Grosvenor Street, Sydney

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Grosvenor Street
New South Wales
(1) Johnsons Building.JPG
Johnson's Building, located on Grosvenor Street
General information
Type Street
Length 350 m (1,100 ft)[1]
Major junctions
East end George Street
West end York Street / Bradfield Highway

Grosvenor Street is a street in the central business district of Sydney in New South Wales, Australia. Grosvenor Street runs 350 metres (1,150 ft)[1] in an east to west direction, with traffic flowing in both directions. The eastern terminus is at George Street and the western terminus is at the junction of York Street with the Bradfield Highway. There are no major cross streets.

Originally named Charlotte Square by Governor Macquarie in 1810 in honour of Charlotte of Mecklenburg-Strelitz, the wife of King George III, Grosvenor Street was renamed in 1889 after the Grosvenor Hotel that was located at the intersection of intersection of Grosvenor and Cumberland Streets.[2]

Points of interest[edit]

  • Grosvenor Place – This is a high-rise development designed by architect Harry Seidler and built in 1982-87. It occupies the block bounded by Grosvenor, George, Harrington and Essex Streets. The front foyer houses a number of paintings by the American artist Frank Stella.[3]
  • Royal Naval House – Also of the Federation Free Classical style, this building was designed by Varney Parkes and built between 1890 and 1907. Initially used by the Royal Australian Navy as accommodation and amenities for naval personnel, the building is currently used as part of the Sydney Futures Exchange. It is located next door to Federation Hall and courtyard and was restored along with that building. It is also listed on the NSW State Heritage Register.[5]
  • Federation Hall and courtyard – Constructed in the late Victorian style between 1889 and 1891, the Federation Hall and courtyard is located at 24-30 Grosvenor Street and is currently used as the Sydney Futures Exchange. The building was extended substantially from 1923-24 and was at one stage known as the Meat Board Building. It is located next door to Royal Naval House and was restored along with that building. It is also listed on the NSW State Heritage Register.[6]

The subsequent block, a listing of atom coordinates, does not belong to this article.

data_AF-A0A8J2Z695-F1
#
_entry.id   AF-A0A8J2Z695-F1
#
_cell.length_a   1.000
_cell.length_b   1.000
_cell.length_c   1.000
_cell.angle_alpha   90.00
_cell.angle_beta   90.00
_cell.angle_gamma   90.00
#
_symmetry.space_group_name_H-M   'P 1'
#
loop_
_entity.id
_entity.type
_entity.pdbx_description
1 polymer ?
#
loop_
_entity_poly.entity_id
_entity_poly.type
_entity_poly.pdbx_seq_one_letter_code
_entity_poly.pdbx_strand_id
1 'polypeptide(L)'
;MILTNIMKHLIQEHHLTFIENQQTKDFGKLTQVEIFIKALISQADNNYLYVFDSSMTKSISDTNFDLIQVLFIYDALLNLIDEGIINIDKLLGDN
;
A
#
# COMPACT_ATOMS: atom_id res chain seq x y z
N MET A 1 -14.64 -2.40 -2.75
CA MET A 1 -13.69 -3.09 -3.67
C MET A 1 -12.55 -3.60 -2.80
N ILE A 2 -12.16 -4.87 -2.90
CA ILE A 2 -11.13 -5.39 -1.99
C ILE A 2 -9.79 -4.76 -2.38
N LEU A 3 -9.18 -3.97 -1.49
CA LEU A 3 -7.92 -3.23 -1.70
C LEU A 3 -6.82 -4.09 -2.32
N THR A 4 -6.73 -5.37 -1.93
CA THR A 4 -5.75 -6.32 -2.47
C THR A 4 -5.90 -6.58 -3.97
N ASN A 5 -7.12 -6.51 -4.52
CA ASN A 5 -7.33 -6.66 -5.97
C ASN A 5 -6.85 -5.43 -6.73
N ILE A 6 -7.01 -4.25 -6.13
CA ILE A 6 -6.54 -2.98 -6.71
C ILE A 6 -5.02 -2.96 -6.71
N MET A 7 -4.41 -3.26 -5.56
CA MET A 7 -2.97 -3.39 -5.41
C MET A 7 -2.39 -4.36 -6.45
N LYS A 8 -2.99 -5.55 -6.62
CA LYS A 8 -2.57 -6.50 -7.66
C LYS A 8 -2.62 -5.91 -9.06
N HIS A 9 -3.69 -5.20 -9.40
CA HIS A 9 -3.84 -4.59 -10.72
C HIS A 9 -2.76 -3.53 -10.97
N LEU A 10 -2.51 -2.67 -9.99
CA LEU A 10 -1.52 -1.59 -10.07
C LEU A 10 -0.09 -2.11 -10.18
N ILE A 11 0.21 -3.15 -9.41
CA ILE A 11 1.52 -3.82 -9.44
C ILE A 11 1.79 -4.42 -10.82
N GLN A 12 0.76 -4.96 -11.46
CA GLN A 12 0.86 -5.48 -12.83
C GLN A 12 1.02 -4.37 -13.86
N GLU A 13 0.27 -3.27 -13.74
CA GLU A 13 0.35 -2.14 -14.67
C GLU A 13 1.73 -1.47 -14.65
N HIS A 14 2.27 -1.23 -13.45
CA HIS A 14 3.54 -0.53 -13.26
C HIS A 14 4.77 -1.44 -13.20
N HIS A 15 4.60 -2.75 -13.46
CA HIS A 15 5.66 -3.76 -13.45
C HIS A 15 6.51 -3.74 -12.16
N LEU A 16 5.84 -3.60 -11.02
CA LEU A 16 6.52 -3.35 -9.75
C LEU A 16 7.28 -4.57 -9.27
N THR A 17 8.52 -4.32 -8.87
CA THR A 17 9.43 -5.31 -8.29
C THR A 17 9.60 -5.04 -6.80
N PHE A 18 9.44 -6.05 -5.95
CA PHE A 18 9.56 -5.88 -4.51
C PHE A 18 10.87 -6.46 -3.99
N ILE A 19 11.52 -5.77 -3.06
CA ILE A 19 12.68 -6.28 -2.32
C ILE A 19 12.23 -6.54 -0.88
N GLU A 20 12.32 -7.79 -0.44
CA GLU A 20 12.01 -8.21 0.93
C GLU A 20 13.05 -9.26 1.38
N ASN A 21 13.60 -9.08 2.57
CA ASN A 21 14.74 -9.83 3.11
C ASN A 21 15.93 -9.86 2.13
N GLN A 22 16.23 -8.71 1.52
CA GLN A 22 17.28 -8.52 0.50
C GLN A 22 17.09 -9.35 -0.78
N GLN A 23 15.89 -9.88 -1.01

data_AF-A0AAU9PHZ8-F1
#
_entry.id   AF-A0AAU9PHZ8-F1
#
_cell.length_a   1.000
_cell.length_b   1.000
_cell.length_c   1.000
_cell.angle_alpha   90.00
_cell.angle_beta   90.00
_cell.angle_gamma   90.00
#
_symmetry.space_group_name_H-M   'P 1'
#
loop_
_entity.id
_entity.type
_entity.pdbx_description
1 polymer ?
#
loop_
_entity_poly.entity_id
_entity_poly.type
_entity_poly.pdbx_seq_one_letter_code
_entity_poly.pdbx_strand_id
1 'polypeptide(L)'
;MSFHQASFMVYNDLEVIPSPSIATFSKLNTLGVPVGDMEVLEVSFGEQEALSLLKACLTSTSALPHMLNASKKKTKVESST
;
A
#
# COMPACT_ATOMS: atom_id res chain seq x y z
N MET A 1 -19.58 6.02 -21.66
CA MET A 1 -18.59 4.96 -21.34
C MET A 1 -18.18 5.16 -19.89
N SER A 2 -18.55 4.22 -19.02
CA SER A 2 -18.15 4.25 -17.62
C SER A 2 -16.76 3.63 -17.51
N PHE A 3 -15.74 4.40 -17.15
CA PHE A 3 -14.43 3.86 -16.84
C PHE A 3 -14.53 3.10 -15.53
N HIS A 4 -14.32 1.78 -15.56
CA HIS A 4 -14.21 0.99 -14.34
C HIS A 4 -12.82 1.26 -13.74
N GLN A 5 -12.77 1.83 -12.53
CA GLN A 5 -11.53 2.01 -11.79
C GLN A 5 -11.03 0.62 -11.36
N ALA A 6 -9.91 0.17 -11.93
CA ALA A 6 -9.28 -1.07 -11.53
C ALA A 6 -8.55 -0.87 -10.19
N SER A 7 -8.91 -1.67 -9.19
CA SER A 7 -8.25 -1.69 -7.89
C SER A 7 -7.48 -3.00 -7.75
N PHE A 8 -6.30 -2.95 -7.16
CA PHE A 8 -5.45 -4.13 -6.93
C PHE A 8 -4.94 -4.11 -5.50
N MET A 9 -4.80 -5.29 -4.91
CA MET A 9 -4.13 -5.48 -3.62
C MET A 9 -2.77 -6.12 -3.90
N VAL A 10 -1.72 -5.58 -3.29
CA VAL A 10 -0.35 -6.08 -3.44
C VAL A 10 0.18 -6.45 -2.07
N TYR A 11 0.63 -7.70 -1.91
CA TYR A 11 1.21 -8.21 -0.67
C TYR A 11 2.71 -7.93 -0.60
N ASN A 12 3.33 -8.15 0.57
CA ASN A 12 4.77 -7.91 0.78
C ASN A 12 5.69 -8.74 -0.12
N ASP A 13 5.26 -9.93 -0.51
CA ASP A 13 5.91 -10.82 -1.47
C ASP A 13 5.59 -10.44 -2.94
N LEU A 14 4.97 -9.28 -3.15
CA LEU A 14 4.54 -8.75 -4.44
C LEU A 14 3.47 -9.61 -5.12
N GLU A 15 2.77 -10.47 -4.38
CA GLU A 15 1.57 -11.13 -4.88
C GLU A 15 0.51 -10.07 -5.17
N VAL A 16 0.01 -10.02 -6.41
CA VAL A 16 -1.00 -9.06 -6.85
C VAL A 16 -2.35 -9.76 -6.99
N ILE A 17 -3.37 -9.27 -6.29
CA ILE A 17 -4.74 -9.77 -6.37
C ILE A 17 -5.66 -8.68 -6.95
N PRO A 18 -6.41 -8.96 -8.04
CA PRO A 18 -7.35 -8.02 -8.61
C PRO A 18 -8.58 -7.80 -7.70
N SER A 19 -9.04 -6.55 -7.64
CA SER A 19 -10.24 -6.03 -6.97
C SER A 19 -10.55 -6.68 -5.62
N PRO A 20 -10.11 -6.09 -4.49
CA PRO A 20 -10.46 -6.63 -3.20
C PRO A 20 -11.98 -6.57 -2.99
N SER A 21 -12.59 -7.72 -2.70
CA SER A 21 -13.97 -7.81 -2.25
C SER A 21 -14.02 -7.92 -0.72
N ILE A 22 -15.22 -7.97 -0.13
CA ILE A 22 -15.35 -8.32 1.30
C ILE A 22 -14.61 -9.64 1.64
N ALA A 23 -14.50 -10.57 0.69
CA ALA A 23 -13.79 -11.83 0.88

• St Patrick's Catholic Church – This church was designed by J. F. Hilly and built 1840-44.[3] Founded by Father Therry, it was the first Catholic church in Sydney and became the central church for the Irish community.
  • Church Hall – Situated next to St Patrick's, the church hall was designed by Hennessy and Hennessy and built in 1914. It features the "blood and bandages" style composed of red bricks with contrasting white areas, and was influenced by British architects Mackintosh and Voysey.
  • Lang Park – This park is a roughly triangular site situated on the corner of Grosvenor and York Streets.

Gallery[edit]

See also[edit]

References[edit]

  1. ^ a b Western Distributor & York St & Grosvenor St, New South Wales 2000 to 32 Grosvenor St, Sydney NSW 2000 (Map). Google Maps. 2016. Retrieved 26 December 2016. 
  2. ^ "Grosvenor Street Heritage Walk". Visit Sydney, Australia. Phoenix Group Co. 2015. Retrieved 26 December 2016. 
  3. ^ a b c Haskell, John (1997). Sydney Architecture. UNSW Press. p. 39. 
  4. ^ "Johnson's Building". NSW State Heritage Register. Office of Environment & Heritage, Government of New South Wales. 30 March 2011. Retrieved 27 December 2016. 
  5. ^ "Royal Naval House". NSW State Heritage Register. Office of Environment & Heritage, Government of New South Wales. 5 September 2008. Retrieved 27 December 2016. 
  6. ^ "Federation Hall and courtyard". NSW State Heritage Register. Office of Environment & Heritage, Government of New South Wales. 30 March 2011. Retrieved 27 December 2016. 

External links[edit]

Media related to Grosvenor Street, Sydney at Wikimedia Commons